This book has influenced me greatly as I’ve developed as an attorney. As promised, it offers a thesis that is (or was) a significant departure from the then-dominant career advice – choose your work you love and happiness will follow. This is really a book about entrepreneurship. And while in some ways cultural developments have perhaps mitigated some of Newport’s objections or concerns, in other ways this book is prescient for capturing the Puritan counterculture zeitgeist in Silicon Valley.
As Newport puts it, the false god of our times is the Passion Hypothesis, which holds “The key to occupational happiness is to first figure out what you’re passionate about and then find a job that matches this passion.” Newport looks to the purported figurehead embodying the passion hypothesis, Steve Jobs, and shows that in fact his career reflects an immersion in technical skills initially, but reluctance to commit to using these until he noticed some surprising traction.
One distraction is that Newport tried to construct something of a strawman argument. In his view, many people subscribe to the passion hypothesis. Among the evidence he cites is that Google’s Ngram viewer shows the phrase “follow your passion”, apparently invented by What Color is Your Parachute, spiked upon publication and has steadily climbed ever since. “Parachute, in other words, helped introduce the baby boom generation to this passion-centric take on career, a lesson they have now passed down to their children.” Newport goes on to cite surveys that show workplace happiness is steadily decreasing. While Newport concedes that the statistics are not “clear-cut” and that he relies on anecdotal support, this connection is tenuous at best.
The thing is, to make the argument that the passion hypothesis is misguided doesn’t require you to show actually show that anyone uses it – it’s enough to say that it impairs honest conversation about what is effective career advice. The fact that young people say they want to follow their passion but go on to work at a bank or go to law school anyways shows that the passion hypothesis is not “dangerous” (in Newport’s words), but rather it’s useless. Because it takes a lot of courage to follow your passions! Not many people do it! Most things people are passionate about are not likely to earn them money or status or fame. By definition, those benefits are not motivating these people.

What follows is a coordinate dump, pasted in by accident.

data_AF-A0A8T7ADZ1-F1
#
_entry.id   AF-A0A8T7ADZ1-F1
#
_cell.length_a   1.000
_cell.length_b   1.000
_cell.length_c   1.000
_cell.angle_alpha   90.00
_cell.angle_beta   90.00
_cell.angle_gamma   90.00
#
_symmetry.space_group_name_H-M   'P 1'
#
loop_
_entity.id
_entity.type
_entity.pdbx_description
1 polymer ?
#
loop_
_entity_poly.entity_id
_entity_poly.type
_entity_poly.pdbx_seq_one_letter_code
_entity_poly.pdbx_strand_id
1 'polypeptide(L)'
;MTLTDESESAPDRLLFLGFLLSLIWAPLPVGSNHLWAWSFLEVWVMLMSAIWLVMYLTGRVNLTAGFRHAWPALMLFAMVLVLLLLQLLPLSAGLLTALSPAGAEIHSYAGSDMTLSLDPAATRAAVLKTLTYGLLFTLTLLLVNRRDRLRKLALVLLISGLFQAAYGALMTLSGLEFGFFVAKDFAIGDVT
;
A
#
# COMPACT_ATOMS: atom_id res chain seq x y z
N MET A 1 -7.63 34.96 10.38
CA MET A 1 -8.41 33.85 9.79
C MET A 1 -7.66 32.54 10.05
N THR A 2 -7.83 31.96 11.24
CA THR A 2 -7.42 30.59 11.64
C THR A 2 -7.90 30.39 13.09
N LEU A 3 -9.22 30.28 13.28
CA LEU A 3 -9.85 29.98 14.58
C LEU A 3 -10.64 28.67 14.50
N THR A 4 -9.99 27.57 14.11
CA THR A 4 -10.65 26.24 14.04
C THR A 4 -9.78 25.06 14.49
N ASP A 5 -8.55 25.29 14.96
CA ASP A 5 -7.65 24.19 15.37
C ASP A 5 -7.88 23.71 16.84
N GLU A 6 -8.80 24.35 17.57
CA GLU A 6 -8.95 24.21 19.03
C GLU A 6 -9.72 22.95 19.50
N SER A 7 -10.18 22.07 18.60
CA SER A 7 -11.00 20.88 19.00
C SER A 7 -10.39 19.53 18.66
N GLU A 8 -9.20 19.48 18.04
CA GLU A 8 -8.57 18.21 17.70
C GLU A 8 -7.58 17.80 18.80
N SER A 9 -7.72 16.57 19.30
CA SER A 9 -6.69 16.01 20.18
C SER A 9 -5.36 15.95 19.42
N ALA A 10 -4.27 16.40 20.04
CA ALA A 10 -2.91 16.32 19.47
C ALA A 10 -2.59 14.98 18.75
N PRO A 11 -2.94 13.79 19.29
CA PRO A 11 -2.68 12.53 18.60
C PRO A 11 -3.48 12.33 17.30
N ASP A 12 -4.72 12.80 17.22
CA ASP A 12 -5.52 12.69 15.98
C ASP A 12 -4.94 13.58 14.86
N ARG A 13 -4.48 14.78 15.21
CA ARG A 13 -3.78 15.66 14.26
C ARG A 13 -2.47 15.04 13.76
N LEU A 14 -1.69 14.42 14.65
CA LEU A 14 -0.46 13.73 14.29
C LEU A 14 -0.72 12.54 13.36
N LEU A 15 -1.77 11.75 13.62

So what does Newport propose instead? Newport’s primary challenge to the Passion Hypothesis comes from Self-Determination Theory, which asserts that the components to feeling motivated at work are autonomy (“the feeling that you have control over your day, and that your actions are important”); competence (“the feeling that you are good at what you do”); and relatedness )”the feeling of connection to other people.) Oddly, later in the book Newport defines great work as being based on creativity, impact, and control. I don’t see how you could have creativity without control, and these three factors roughly map on to autonomy and competence.
How does one become competent and autonomous? The answer lies in the craftsman mindset – the deliberate practice and strategic, piecemeal approach to building skills and relationships that move you in the direction you want your career to go. The craftsman mindset is based on what you can offer the world. By contrast, the passion mindset is based on what the world can offer you. Apart from the obvious challenge to implementing the passion mindset, it has two major flaws: (1) it gets you fixated on what’s dissatisfying you, which is a negative mindset bound to leave you depressed, and (2) the question of what your nature is and what you love is ill-formed.